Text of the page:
I had already experienced this in June, but Kinshasa is a surprisingly expensive city.
I guess the main reason is the small local production; so many products are being imported primarily from France or Belgium.
For some items however, there is a drastic difference between supermarket vs. street vendor/market: CDF 6,500 (around US$12.50) per kilo tomatoes in the supermarkets vs. CDF 1,200 (around US$2) per kilo on the street. Bread is also around 5 times more expensive at the supermarket than on the street. A whole case of Primus, the local beer, i.e., 12 bottles (0.7l), you will get for around CDF7000 (around US$15) at a local ‘depot de boisson’ (I first understood we would visit a fish shop when my colleague told me we would visit a client, a ‘depot de b/poisson’), and for the 250ml tetra pack of juice at the supermarket, you will pay around US$1.50.
But the difficult thing at supermarkets is first to actually FIND the prices…. There are no real price tags on the items for sale, just numbers… e.g., you see that the yoghurt has a label ‘B33’…you find the actual price on a large excel print out somewhere next to the fridge showing you that ‘B33’ costs CDF1,800 (around $3). This lets you think ‘ah,pas mal’..that’s actually not so expensive…but then you pick up the yoghurt and it was not the price for all four 125g-cups…but just for one….ok, well then…no yoghurt…All dairy products are very expensive, since I do not think there are cows in the Congo… I have caught myself hallucinating about a bowl of German “Quark” (like the French fromage blanc, thick yoghurt). Another very expensive product is laundry detergent. The large box of Henkel’s PERSIL will let you leave around US$40 at the cashier.
On the street you can almost only pay with Congolese Franc, the supermarket also happily takes US dollars. However, once at the cashier you will realize the ‘secret’: If your dollar bills have only the slightest cut, no shop or restaurant will take them. Even if it is a hundred dollar bill… with a little cut, it is worth nothing. Weird, since most of the Congolese Francs notes almost turn to powder when you only look at them, but these are accepted anywhere. In many of the supermarkets however you can already pay with your VISA card. However, this will mean that you will have to leave the cashier with your groceries, as well as the queue of people behind you, step to a small counter, conduct the card transaction and come back to the cashier with your receipt.
Conclusion: you should not shop at supermarkets….yes, but there are only a few street vendors and the large markets are all a little outside the center and require you to have a car….which you can buy for around US$ 8,000 if you are ok with a used Jeep. To take a taxi you will pay around CDF 500 (around US$1) per person for a trip of around 5-7minutes during the day. It becomes a little more expensive at night. These are no real taxis, but private individuals driving around Kinshasa.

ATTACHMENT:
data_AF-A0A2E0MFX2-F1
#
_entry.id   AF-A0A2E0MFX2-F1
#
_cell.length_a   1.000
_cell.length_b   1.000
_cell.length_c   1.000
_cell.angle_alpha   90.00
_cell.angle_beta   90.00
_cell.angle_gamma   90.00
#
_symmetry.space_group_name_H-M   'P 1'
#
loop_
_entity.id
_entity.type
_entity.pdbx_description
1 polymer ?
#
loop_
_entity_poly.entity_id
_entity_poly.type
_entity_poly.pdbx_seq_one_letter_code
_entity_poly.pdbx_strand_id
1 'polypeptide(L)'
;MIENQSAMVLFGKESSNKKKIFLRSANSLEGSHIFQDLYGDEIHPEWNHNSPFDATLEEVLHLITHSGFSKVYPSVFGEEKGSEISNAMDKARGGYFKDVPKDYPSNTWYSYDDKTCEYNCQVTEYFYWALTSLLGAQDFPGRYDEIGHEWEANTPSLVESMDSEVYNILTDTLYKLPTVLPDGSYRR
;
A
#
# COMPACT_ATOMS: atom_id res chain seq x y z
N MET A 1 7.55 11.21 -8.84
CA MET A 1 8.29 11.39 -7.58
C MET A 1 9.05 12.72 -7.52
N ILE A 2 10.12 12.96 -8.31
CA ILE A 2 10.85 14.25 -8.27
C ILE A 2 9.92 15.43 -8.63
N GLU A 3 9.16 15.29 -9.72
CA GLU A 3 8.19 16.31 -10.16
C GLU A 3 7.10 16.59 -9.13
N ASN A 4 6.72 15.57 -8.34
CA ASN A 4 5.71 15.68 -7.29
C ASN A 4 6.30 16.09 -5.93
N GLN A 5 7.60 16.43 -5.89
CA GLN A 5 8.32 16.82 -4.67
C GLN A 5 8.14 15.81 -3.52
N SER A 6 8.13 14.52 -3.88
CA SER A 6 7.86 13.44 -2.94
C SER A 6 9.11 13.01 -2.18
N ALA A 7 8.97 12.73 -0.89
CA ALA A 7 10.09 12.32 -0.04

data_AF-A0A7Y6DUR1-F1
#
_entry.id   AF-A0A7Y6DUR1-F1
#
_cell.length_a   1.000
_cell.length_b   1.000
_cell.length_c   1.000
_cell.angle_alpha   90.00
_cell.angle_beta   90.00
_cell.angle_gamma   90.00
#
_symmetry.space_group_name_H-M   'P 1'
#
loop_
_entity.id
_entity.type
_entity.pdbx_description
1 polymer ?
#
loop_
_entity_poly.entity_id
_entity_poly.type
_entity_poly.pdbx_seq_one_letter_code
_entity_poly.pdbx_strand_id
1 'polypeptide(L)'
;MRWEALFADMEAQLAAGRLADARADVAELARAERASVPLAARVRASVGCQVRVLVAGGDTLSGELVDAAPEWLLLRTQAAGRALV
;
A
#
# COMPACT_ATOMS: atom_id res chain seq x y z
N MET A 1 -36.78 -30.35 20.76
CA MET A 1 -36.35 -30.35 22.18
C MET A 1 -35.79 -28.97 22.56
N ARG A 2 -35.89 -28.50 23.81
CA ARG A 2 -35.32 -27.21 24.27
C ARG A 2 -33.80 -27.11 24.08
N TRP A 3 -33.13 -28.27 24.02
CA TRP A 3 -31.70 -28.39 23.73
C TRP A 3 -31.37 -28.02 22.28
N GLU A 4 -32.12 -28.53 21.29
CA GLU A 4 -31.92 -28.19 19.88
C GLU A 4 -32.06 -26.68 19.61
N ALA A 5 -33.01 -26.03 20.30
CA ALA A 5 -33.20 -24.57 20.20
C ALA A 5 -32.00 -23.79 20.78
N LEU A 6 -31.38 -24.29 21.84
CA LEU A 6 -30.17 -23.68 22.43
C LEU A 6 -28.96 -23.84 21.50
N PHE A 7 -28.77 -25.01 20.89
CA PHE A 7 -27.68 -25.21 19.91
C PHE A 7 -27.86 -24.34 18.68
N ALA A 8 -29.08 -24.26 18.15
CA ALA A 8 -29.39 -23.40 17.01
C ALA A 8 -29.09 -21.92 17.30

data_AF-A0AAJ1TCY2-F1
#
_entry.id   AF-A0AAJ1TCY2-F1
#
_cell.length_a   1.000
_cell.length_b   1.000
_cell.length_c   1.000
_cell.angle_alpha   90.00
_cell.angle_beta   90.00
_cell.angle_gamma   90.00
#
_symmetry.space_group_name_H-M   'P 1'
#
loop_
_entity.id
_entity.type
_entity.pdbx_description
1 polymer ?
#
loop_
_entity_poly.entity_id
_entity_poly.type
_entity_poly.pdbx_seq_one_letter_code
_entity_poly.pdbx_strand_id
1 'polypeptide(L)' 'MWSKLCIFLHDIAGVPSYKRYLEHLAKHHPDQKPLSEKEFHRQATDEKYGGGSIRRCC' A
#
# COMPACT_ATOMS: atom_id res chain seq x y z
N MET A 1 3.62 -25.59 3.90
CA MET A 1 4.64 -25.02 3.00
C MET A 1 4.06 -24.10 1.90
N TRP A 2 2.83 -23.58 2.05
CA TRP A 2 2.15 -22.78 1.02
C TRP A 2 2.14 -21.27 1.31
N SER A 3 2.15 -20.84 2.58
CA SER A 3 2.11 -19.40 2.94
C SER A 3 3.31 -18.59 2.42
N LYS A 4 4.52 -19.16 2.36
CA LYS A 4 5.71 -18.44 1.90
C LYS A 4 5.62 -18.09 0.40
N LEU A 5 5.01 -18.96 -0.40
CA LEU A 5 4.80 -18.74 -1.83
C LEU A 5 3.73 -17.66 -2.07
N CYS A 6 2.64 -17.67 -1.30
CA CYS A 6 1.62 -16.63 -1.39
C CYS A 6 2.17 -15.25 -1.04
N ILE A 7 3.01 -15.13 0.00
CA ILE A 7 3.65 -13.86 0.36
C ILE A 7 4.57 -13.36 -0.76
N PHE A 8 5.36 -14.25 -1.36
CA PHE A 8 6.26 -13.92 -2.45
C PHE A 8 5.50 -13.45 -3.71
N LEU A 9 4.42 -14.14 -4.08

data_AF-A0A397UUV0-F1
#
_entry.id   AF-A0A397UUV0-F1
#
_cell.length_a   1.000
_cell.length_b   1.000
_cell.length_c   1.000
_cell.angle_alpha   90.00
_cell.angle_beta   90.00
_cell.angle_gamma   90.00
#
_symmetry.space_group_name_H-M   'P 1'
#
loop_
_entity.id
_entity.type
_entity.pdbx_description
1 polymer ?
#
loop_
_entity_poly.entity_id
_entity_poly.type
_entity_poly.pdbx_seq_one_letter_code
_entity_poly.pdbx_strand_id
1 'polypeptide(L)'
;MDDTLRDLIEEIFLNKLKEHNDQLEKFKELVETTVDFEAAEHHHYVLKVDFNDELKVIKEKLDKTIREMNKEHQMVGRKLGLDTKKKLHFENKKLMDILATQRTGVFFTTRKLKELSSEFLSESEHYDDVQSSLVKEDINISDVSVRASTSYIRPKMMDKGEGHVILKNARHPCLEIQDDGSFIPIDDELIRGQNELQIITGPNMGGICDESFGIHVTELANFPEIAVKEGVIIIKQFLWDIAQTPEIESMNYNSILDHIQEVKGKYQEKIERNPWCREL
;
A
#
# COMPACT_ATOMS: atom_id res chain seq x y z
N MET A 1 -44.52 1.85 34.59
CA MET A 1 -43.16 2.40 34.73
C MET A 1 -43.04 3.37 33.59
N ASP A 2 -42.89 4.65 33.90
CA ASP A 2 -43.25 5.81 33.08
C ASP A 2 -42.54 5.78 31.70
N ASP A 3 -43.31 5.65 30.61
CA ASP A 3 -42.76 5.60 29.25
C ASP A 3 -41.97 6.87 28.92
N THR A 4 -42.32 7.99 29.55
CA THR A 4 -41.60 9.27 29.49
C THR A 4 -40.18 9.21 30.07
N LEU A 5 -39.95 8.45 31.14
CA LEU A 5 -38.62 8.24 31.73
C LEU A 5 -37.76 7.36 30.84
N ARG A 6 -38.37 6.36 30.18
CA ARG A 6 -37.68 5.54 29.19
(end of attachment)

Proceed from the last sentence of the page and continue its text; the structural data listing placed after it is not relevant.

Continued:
At work, for lunch we often head (or better “headed”!) out to restaurants around the corner serving everything from salads, hamburgers, to fish and steak for at least USD12 to USD18. I decided that this might be a little ‘hors du budget’ for the daily lunch and started to make my own sandwiches in the kitchen… This however, turns me into a local attraction since baguette which is almost eaten all day long…is NOT eaten for lunch…and putting tomatoes and lettuce on it seems almost as strange. Bananas are also eaten, sold, and bought by everyone all the time. On the street you get the local kind for around CDF75-100 per piece, with an additional ‘cadeau’ if you buy larger amounts.
Apropos baguette! When you pass by Pain Victoire, the large local bakery, you see a caravan of Congolese women, and a few men, with newly stocked and almost overflowing buckets on their heads looking to sell bread in the local neighborhoods for CF100 (around USD 0.20) a piece. This is the same price people would pay here for one cigarette at a street vendor; the whole pack goes for US$ 2.50 in the local restaurants. Luckily I do not smoke….
You see it is difficult to be stingy here in Kinshasa. There are however some tips about supermarkets providing discounts on certain days or having fresh fruit on others. But I have not figured them out yet…..